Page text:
Nate Parker’s “The Birth of a Nation” aimed to start a discussion on race relations in the United States, but instead is weighed down by its director’s ghosts from the past.
On Feb. 8, 1915, D.W. Griffith’s “The Birth of a Nation” released in cinemas. At over two hours long, the black and white silent epic stood as one of the longest films ever made up to that point. It received near universal acclaim upon release and even gained the admiration of President Woodrow Wilson.
The film, which centers in part on a heroic portrayal of the founding of the Klu Klux Klan, also stands as one of the most controversial movies of all time. White actors in black face makeup play characters who are slow, dimwitted and dangerous. The Klan, on the other hand, is shown as the proud guardians of innocent white Southerners.
On Oct. 7, 2016, Nate Parker’s “The Birth of a Nation” debuted in theaters across the United States. The film — a dramatization of Nat Turner’s slave rebellion that intentionally took the title of Griffith’s film to reverse its racist legacy — received near universal acclaim upon its premiere at the Sundance Film Festival. This started a bidding war that eventually ended in Fox Searchlight Films buying the rights to the film for $17.5 million.
But just like the original film it reclaimed its title from, the new “Birth of a Nation” is also steeped in controversy, this time stemming from sexual assault allegations against Parker dating back to 1999. And what could have possibly been a movie that sparked discussion on race relations in the United States has instead become another talking point in the debate over whether or not art must be moral to be successful.
As a film, Parker’s “Birth of a Nation” is slow to start. The depiction of Turner’s childhood feels like it’s chopped together to get to the more explosive part of the story, but it still takes over an hour until the movie really starts to pick up. By that time, Turner, played by Parker himself, is a grown man who works in the fields picking cotton during the week and leads a congregation of fellow slaves on Sundays.
Slave owners have begun to notice how “well-behaved” Turner and his fellow slaves are, so they approach his owner with a simple proposition to have Turner preach to their slaves the virtues of obedience in exchange for a small fee.
It’s upon these episodes that the film begins to depict the horrors of slavery in full. Turner preaches in quarters that resemble barracks in concentration camps, proselytizes on a plantation where a slave on a hunger strike has his teeth knocked out by a sledge hammer and goes to property where a little white girl drags along a black playmate by the neck with a rope shaped like a noose.
These experiences, along with the rapes of two black women, including Turner’s wife, at the hands of white men and Turner’s own whipping, push the preacher over the edge. He starts to have visions, such as blood coming out of an ear of corn, that signify a change is coming.
He begins to gather men. Their plan is to steal weapons from the armory at Jerusalem, Va., and go from plantation to plantation, freeing slaves and killing white slave owners along the way.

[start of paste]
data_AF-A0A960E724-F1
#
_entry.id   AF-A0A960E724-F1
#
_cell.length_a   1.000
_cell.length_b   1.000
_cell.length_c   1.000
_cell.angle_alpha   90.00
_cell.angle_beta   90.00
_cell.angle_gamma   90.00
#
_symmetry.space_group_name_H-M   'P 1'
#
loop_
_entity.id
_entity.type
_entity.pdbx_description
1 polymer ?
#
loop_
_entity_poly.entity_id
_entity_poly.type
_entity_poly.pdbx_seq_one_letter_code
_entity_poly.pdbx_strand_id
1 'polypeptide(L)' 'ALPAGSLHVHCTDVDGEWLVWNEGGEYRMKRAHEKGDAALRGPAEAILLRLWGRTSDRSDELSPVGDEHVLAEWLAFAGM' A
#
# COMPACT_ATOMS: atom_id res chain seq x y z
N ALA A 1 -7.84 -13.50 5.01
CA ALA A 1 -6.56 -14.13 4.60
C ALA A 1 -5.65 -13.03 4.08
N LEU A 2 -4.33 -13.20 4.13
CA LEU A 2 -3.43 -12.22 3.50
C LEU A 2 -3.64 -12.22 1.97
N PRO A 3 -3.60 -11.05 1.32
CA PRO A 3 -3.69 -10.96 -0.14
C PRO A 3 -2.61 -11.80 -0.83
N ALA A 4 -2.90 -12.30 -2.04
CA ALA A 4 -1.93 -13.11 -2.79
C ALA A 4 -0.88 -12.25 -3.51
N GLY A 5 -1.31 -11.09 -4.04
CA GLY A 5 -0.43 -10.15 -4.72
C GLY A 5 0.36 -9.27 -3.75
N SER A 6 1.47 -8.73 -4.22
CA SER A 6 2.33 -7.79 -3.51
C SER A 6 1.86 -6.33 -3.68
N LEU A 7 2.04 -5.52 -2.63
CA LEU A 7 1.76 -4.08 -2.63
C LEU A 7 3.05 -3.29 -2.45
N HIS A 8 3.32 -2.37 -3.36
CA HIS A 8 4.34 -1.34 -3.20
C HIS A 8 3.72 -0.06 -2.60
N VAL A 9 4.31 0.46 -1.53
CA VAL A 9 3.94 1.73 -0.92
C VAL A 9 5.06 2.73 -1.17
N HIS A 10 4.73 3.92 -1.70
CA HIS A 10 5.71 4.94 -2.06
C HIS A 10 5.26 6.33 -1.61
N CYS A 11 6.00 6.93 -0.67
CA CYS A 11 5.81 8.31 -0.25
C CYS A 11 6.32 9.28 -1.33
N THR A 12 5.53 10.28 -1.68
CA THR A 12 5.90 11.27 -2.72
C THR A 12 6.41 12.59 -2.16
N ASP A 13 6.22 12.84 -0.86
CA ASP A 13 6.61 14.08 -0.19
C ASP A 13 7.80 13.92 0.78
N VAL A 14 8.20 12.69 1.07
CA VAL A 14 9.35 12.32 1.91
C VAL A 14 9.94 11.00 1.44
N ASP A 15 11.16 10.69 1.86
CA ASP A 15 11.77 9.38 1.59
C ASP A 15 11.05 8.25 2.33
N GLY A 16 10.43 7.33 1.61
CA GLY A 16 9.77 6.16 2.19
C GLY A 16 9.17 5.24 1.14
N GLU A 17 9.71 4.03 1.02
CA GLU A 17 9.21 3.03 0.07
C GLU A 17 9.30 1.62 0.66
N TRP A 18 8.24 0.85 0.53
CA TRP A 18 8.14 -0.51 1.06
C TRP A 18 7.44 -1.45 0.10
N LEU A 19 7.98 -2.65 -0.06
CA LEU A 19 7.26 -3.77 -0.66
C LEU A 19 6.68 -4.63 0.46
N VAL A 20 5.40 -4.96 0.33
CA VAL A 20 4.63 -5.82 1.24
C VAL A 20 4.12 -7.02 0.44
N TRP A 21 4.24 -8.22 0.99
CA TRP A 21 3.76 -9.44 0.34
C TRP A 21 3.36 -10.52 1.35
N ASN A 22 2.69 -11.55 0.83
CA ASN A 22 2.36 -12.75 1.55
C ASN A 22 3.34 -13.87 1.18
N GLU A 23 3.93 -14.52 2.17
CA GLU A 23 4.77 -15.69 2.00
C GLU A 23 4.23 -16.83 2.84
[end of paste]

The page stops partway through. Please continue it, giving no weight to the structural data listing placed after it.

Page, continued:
Their swift and violent rebellion is ultimately brought down, but not before a trail of white bodies is left in its wake. In retaliation, whites begin to attack blacks indiscriminately, culminating in the film’s most haunting scene as Nina Simone’s rendition of “Strange Fruit” chillingly plays in the background as black men, women and children hang from Southern tree branches.
The film is shocking when it needs to be, but subtlety is not one of its strengths. Turner’s actions are never questioned or portrayed in any light but positive. His death is almost messianic in nature. On the other hand, nearly every white character in the film is portrayed as unconcerned and dispassionate about the evils of slavery at best and actively villainous and sadistic at worst.
Still, it’s a film that has the potential to spark real, necessary dialogue in 2016. When Turner’s wife laments that black people are being killed solely for being black, it doesn’t sound like she’s talking about slaves in the 1830s. It sounds like she’s talking about Philando Castile and Sandra Bland and Trayvon Martin and the countless other black Americans who have died for crimes that appear no more serious than simply having a dark shade to their skin.
But the question that lingers throughout the course of the film is this: Can this movie be one that “woke” Americans get behind knowing the history of the filmmaker? As soon as the credits roll, Parker’s name is plastered over the screen as the writer, director, producer and starring lead in the film. It’s a quick and stunning reminder that, despite the film’s best intentions to turn a bloody and complicated chapter in American history into a simple martyr’s tale, the man responsible for the film itself still has sins on his own hands that have not been cleansed.
The film only made $7.1 million at the box office its opening weekend, far below what anyone associated with the project could hope to make for a movie that has received so much hype. Maybe it was Americans finally taking out their frustrations on a man who has allegedly committed a crime against a woman, or maybe it was their discomfort at addressing a film about a black man killing white people.
Either way, “The Birth of a Nation” seems to be headed down the path of the original D.W. Griffith production: A film remembered not for its cultural significance, but rather for the controversy surrounding it. For a black film by a black director, this feels like a huge missed opportunity. No matter anyone’s thoughts on Nat Turner, “The Birth of a Nation” addresses racism candidly and horrifies viewers with the realization that our country is founded on such a macabre system.